Melanie Smith was born in Poole, England, in 1965. She received her Bachelor of Arts from the University of Reading. Since 1989 she has lived and worked in Mexico City, an experience that has enormously influenced her works ever since. Her work has been characterized by a certain re-reading of the formal and aesthetic categories of avant-gardes and post-avant-garde movements, problematized at the sites and within the horizons of heterotopias. Her production is intimately related to a certain expanded vision of the notion of modernity, maintaining a relationship both with what this means in Latin America, particularly in Mexico, and with the implication this has for her formal explorations as a critical moment in the aesthetic-political structure of modernity and late modernity.
Her production has been defined by a certain rereading of the formal and aesthetic categories of avant-garde movements and the post-avant-garde, problematized at the site and within the horizon of heterotopias. Her current work is linked to a critical vision of modernity and late modernity in Latin America: the relationships between precariousness, life, and the forms of violence that characterize contemporary industrial society. In earlier pieces, she has worked on the aesthetic and political implications of multitudes, violence, and aberrant forms on the outskirts of contemporaneity. This is evident in such videos as Estadio Azteca – Proeza maleable, Xilitla (2010), Bulto (2011), and Elevator (2012).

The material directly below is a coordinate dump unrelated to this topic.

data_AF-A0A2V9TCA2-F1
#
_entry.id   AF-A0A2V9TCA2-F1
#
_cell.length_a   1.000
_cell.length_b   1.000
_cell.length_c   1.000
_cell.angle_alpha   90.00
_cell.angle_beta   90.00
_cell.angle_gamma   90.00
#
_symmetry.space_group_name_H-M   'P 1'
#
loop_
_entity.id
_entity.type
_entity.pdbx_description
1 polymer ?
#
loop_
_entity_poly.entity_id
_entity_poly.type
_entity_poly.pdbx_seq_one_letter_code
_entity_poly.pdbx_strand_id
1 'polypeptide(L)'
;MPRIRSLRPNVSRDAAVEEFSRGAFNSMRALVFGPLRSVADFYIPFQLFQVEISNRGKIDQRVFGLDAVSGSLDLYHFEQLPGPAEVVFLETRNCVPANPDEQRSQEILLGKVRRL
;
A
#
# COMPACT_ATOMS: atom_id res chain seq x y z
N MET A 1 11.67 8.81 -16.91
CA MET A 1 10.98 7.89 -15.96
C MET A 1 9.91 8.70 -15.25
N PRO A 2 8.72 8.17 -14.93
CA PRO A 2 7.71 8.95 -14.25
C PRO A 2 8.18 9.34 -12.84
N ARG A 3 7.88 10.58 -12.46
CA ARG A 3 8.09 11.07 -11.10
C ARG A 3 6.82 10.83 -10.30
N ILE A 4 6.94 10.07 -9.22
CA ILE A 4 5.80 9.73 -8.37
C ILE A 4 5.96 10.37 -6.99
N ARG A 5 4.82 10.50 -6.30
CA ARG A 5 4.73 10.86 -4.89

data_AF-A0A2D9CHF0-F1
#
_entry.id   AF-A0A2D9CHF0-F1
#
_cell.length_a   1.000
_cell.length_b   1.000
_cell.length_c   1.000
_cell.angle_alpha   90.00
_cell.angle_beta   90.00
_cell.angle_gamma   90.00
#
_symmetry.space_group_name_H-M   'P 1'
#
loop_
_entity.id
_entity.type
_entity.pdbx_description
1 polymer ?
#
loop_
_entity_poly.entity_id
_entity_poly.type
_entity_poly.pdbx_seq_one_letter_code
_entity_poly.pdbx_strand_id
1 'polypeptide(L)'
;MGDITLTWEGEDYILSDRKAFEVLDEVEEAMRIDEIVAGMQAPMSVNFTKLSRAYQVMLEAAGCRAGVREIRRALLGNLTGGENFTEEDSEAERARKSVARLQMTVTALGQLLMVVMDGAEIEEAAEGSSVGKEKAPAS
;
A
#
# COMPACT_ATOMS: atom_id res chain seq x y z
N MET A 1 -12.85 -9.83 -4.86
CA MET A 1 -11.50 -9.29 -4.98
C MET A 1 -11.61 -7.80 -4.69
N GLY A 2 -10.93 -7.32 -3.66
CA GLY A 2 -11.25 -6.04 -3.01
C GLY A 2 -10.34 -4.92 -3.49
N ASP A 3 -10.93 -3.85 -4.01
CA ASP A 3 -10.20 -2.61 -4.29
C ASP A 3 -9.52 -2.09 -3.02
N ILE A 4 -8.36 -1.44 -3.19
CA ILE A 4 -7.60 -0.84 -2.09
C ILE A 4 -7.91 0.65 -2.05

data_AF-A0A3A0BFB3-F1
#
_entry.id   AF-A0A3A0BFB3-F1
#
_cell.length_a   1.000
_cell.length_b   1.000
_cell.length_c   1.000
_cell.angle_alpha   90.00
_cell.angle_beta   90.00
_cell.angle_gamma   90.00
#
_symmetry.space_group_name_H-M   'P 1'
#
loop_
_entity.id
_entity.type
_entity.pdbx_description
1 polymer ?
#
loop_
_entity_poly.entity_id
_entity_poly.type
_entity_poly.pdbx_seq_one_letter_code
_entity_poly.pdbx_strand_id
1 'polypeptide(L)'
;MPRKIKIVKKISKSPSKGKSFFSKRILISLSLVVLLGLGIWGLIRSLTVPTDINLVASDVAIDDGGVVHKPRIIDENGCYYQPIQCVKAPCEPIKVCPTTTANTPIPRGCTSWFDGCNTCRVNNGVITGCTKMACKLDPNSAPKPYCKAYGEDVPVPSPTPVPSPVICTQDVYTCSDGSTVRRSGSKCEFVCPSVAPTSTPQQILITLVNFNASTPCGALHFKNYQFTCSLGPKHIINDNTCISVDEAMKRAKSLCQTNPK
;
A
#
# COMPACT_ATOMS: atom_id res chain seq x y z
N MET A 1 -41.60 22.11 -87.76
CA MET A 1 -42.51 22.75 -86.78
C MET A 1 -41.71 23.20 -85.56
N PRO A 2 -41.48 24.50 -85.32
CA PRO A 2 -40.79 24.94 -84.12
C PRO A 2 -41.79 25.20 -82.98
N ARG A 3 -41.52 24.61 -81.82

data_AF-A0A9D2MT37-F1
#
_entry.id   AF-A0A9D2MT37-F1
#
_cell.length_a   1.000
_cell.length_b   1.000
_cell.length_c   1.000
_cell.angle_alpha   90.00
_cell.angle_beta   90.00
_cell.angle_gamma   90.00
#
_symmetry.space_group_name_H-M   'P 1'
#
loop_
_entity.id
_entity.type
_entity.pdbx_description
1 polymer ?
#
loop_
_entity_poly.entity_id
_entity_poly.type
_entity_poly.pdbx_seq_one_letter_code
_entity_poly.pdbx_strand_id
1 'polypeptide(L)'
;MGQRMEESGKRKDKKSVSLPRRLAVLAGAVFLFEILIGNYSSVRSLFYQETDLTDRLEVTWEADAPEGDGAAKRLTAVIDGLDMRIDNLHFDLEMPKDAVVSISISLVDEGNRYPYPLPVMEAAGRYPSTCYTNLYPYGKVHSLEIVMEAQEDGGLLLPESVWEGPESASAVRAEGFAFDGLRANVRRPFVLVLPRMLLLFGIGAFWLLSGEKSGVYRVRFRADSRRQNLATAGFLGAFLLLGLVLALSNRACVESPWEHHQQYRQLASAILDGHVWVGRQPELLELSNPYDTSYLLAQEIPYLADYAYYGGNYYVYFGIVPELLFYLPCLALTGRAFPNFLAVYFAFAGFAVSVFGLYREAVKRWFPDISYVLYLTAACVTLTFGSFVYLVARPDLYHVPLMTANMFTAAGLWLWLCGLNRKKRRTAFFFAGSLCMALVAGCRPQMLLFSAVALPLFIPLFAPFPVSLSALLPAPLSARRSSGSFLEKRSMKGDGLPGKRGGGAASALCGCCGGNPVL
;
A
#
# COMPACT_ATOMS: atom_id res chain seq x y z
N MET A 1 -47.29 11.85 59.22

Her work has been exhibited in numerous national and international institution, including: PS1, New York; MOMA, New York; UCLA´S, Hammer Museum, Los Angeles; ICA, Boston; Tate Liverpool; Tate Modern, London; South London Gallery, London; CAMH, Houston; Milton Keynes; CCA, Vilnius; Museum Boijmans van Beuningen, Róterdam; Museo de Arte de Lima; Museo Tamayo, Museo Universitario Arte Contemporáneo and Museo Experimental El Eco, Mexico City; and Museo de Monterrey. In 2011 she represented Mexico at its national pavilion at the 54th Venice Biennale.